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Mclaren F1 Price

Mclaren F1 Price
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  •    March 30, 2017
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Mclaren F1 Price

It’s flying. An instant after being launched by a hump in the road at over 100 mph, my view of the sky from the central driving position of the McLaren Fl supercar is pure Cinemascope. The moon could be our destination. In that airborne instant, I believe anything is possible. Forget the moon—with an engine this potent, let’s aim for Mars. When the four-point touchdown comes, it is so velvety that the suspen­sion feels as though it might have been designed for landings. Instantly, the sound of rushing air is shattered by a sharp bark from the engine as the $815,000 McLaren is propelled down the blacktop, accelerating at a rate I’ve never before experienced. Foot down hard, the straight vanishes. As the speedo needle hits 125 mph, an instant shift—so precise and mechanical it’s like pulling back a well-oiled bolt on a rifle—brings fourth gear and another disorienting burst of power that thrusts me forcefully back into the tight-fitting bucket seat. Still we accelerate. Just 5.4 seconds later, a green up-shift light flashes, appropriately positioned at the 7500 rpm redline on the tach in the center of the instruments. Into fifth gear at 150 mph. Still no lessening of acceleration thrust. The car—squat, stable, a green limpet on the road—shoots forward. Maybe there’s space before the corner to grab sixth at 180 mph. Maybe. No. My courage runs out, the sur­vival instinct takes over. Onto the brakes. I press hard, through the pedal’s inert feel before they bite to blunt forward movement. Less than 30 seconds earlier, I’d waited back up the road for an all-clear signal. Even as the BMW V-12 idled evenly at 900 rpm, I could sense its invincibility. The exhaust note might be subdued, but caress the throttle and the revs soar. I can’t resist. Nobody could. This engine responds so instantly it feels as if it doesn’t have a flywheel, like a racing engine. The induction bellow is almost ephemeral it can be timed so accurately. The tach needle jerks savagely around the gauge, as if directly connected to the crankshaft. The F1’s pedals show their racy breeding with machined surfaces, heim-jointed linkages, and a proper brake balance bar. I’m alone at last, able to contemplate the enormity of a car so swift that it demands an utterly different mental approach. The McLaren forces restraint because there is no way to drive it legally—except on an autobahn or a racetrack—and even begin to probe the full extent of its power and speed. It’s an event every time you floor the throttle, producing an irre­sistible desire to remain behind the wheel, to learn as much as possible about a car so intense in its focus, so single-minded in its approach, that I’m convinced even a top-ranked driver could own it for years and still not explore the outer limits of its stag­gering performance envelope. Forget the Jaguar XJ220, Bugatti EB110, Ferrari F40—until now cars deserving to be called rapid. The McLaren blitzes them all. And we have the proof. Confirmed by the Datron optical test gear. The numbers do the talking: The F1 blasts to 60 mph in 3.2 seconds. The Porsche 959, the previous production-car record holder, needed 3.6 ticks of the watch. We saw 100 mph in 6.3 seconds. The Ferrari F40 took two seconds longer. The McLaren hits 150 mph in 12.8 sec­onds, a smidgen longer than it takes Porsche’s latest, greatest 911 to reach 100 mph. Put another way, the McLaren can accelerate as hard at 150 mph as a Ford Taurus can in first gear. Zero to 200 mph takes 28.0 seconds. What’s impressive is the figures show that above 125 mph, the Fl supercar acceler­ates faster than last year’s McLaren MP4/8 Grand Prix race car. The standing quarter-mile is dispatched in a dazzling 11.1 seconds at 138 mph—about a second quicker and 15 mph faster than any other supercar we’ve tested. 1 2 3 Next Page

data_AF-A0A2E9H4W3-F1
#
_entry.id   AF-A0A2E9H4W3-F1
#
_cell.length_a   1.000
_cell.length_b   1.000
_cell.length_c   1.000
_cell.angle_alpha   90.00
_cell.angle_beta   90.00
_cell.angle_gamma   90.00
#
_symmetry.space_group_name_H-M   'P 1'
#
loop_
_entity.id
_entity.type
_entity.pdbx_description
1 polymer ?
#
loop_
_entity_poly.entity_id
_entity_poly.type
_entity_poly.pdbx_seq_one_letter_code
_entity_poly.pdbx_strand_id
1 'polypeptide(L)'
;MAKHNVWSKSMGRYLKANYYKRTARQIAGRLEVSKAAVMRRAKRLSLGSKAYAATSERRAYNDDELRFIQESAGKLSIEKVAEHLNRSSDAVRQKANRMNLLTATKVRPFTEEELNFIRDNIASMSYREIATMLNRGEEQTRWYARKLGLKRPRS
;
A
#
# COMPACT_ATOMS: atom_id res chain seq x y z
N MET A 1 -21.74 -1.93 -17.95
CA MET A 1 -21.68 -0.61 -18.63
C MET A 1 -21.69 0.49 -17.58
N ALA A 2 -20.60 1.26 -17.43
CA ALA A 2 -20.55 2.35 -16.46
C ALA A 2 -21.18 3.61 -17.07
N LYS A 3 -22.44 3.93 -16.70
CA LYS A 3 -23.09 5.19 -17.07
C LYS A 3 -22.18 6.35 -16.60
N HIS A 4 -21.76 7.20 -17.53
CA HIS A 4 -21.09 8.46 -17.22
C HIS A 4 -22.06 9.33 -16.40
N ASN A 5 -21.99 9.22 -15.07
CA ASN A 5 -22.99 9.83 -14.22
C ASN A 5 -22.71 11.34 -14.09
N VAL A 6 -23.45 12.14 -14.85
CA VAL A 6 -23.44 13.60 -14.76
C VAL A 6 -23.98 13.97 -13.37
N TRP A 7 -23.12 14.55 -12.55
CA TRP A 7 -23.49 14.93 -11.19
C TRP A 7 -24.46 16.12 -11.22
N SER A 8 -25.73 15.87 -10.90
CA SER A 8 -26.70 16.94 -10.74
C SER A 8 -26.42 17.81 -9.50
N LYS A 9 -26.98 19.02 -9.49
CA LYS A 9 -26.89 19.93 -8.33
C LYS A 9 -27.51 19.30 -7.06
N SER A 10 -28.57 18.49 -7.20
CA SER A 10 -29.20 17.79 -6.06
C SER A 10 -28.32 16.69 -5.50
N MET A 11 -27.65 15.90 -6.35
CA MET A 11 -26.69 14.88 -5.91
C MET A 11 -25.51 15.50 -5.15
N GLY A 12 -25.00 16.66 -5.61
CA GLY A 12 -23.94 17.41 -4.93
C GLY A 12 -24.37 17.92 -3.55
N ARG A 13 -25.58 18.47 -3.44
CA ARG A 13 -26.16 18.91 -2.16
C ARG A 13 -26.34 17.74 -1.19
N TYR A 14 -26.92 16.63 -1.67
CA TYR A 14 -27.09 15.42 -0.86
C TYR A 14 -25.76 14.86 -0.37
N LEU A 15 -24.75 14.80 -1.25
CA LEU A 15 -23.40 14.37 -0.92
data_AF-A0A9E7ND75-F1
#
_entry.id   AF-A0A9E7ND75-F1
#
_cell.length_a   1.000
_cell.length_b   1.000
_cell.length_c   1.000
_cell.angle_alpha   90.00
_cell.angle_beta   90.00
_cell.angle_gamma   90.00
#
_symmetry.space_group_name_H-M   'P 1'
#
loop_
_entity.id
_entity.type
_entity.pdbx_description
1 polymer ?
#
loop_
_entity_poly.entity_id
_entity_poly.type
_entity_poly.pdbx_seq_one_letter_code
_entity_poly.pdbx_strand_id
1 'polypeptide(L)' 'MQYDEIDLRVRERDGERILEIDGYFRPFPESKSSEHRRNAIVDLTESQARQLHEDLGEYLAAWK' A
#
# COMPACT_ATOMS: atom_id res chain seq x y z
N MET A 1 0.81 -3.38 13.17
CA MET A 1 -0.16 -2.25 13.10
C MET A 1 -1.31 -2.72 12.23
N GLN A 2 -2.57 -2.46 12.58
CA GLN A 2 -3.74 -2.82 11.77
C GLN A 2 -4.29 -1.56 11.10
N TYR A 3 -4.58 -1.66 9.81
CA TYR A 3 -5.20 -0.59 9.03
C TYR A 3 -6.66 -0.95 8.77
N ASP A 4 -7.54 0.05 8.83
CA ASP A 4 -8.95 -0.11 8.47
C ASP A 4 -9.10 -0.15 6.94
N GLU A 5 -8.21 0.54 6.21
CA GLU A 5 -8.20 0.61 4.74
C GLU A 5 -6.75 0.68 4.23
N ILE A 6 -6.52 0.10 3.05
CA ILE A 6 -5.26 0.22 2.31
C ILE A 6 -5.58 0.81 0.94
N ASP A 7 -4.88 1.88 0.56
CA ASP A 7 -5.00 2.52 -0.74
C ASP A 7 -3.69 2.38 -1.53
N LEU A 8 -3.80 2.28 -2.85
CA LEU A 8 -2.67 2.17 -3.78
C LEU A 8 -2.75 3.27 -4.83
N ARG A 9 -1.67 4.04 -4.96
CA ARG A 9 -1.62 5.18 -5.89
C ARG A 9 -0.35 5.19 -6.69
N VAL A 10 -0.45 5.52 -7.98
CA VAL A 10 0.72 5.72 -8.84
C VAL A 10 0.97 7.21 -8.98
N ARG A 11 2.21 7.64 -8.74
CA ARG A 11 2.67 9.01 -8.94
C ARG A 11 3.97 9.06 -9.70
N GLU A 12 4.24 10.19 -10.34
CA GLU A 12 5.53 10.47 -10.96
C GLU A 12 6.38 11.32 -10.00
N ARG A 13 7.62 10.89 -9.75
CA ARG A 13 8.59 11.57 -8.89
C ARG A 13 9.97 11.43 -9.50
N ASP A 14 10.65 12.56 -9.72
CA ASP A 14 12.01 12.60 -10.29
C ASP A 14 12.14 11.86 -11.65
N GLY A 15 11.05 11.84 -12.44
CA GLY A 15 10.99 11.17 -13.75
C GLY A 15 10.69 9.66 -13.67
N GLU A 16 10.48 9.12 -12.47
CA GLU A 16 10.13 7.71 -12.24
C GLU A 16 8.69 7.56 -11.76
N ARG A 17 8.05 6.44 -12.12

mclaren f1 price 1

Mclaren F1 Price

In 1993, the McLaren F1’s price tag of £600,000 seemed quite expensive. That’s because it was quite expensive, but today it looks something of a bargain when the best examples are climbing ever closer to eight-figure sums. It takes something quite special for a car to stand out in an already rarefied market, but the F1 offered for sale by McLaren Special Operations (MSO) could be such a car. Chassis #069, one of the last produced by McLaren as production wound to a close in 1998, has covered fewer than 2800 miles since new. Like all F1s, it’s also been meticulously maintained by McLaren Special Operations itself throughout its life. Despite its numeric allocation, it was actually the 60th car to be built by the factory, finished in a coat of Carbon Black paintwork with matching centrelock, 17-inch magnesium wheels. Image 11 of 19 Image 11 of 19 One neat feature of F1s is the contrasting colour to its central driver’s seat – done to draw attention to its commanding position within the car. Here, the hot seat is trimmed in black and red leather, while the passenger seats are finished in Alcantara. The steering wheel too and the curvaceous dashboard both wear a coating of the suede-like material. Other items included in the sale are fitted luggage, a Facom titanium tool kit (and matching tool box), all relevant books and literature – one of which is the ‘Driving Ambition’ McLaren F1 book – and a limited-edition owner’s watch. Unsurprisingly, no price is quoted for chassis #069, and interested parties must contact MSO directly to make further enquiries. Want to know more about the F1? Henry Catchpole talks you around chassis #046 in the video below. Video of McLaren F1 – The Details